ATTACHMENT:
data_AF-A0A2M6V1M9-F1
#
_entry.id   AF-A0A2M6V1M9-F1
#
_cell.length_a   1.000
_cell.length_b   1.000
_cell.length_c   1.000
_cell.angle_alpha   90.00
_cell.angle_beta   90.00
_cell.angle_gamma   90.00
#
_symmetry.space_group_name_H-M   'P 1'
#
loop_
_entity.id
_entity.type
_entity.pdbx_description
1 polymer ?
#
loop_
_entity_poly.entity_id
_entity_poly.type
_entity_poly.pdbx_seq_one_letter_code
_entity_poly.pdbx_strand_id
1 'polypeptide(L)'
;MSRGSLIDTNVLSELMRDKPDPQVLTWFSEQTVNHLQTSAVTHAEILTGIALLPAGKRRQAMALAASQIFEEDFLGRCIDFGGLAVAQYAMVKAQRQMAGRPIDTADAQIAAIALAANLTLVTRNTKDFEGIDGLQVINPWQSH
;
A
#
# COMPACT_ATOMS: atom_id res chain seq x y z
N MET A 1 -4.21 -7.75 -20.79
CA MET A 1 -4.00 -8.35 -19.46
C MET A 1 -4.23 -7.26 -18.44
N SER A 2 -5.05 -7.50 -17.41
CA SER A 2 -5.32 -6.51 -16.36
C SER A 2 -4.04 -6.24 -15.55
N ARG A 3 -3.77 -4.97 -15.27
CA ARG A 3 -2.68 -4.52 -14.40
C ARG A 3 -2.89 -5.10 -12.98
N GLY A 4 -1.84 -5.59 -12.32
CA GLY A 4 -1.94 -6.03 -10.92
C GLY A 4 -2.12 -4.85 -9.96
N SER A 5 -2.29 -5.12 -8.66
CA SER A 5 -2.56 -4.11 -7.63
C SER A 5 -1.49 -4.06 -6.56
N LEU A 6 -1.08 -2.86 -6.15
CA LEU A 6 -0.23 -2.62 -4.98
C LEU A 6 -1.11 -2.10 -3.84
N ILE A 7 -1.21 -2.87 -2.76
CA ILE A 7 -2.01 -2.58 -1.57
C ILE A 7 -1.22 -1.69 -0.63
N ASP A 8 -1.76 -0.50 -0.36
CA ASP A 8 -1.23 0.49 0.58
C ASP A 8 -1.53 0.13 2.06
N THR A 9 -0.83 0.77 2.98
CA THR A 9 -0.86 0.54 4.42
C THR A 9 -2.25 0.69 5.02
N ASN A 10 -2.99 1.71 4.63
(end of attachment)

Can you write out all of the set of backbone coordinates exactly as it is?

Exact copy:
data_AF-A0A2M6V1M9-F1
#
_entry.id   AF-A0A2M6V1M9-F1
#
_cell.length_a   1.000
_cell.length_b   1.000
_cell.length_c   1.000
_cell.angle_alpha   90.00
_cell.angle_beta   90.00
_cell.angle_gamma   90.00
#
_symmetry.space_group_name_H-M   'P 1'
#
loop_
_entity.id
_entity.type
_entity.pdbx_description
1 polymer ?
#
loop_
_entity_poly.entity_id
_entity_poly.type
_entity_poly.pdbx_seq_one_letter_code
_entity_poly.pdbx_strand_id
1 'polypeptide(L)'
;MSRGSLIDTNVLSELMRDKPDPQVLTWFSEQTVNHLQTSAVTHAEILTGIALLPAGKRRQAMALAASQIFEEDFLGRCIDFGGLAVAQYAMVKAQRQMAGRPIDTADAQIAAIALAANLTLVTRNTKDFEGIDGLQVINPWQSH
;
A
#
# COMPACT_ATOMS: atom_id res chain seq x y z
N MET A 1 -4.21 -7.75 -20.79
CA MET A 1 -4.00 -8.35 -19.46
C MET A 1 -4.23 -7.26 -18.44
N SER A 2 -5.05 -7.50 -17.41
CA SER A 2 -5.32 -6.51 -16.36
C SER A 2 -4.04 -6.24 -15.55
N ARG A 3 -3.77 -4.97 -15.27
CA ARG A 3 -2.68 -4.52 -14.40
C ARG A 3 -2.89 -5.10 -12.98
N GLY A 4 -1.84 -5.59 -12.32
CA GLY A 4 -1.94 -6.03 -10.92
C GLY A 4 -2.12 -4.85 -9.96
N SER A 5 -2.29 -5.12 -8.66
CA SER A 5 -2.56 -4.11 -7.63
C SER A 5 -1.49 -4.06 -6.56
N LEU A 6 -1.08 -2.86 -6.15
CA LEU A 6 -0.23 -2.62 -4.98
C LEU A 6 -1.11 -2.10 -3.84
N ILE A 7 -1.21 -2.87 -2.76
CA ILE A 7 -2.01 -2.58 -1.57
C ILE A 7 -1.22 -1.69 -0.63
N ASP A 8 -1.76 -0.50 -0.36
CA ASP A 8 -1.23 0.49 0.58
C ASP A 8 -1.53 0.13 2.06
N THR A 9 -0.83 0.77 2.98
CA THR A 9 -0.86 0.54 4.42
C THR A 9 -2.25 0.69 5.02
N ASN A 10 -2.99 1.71 4.63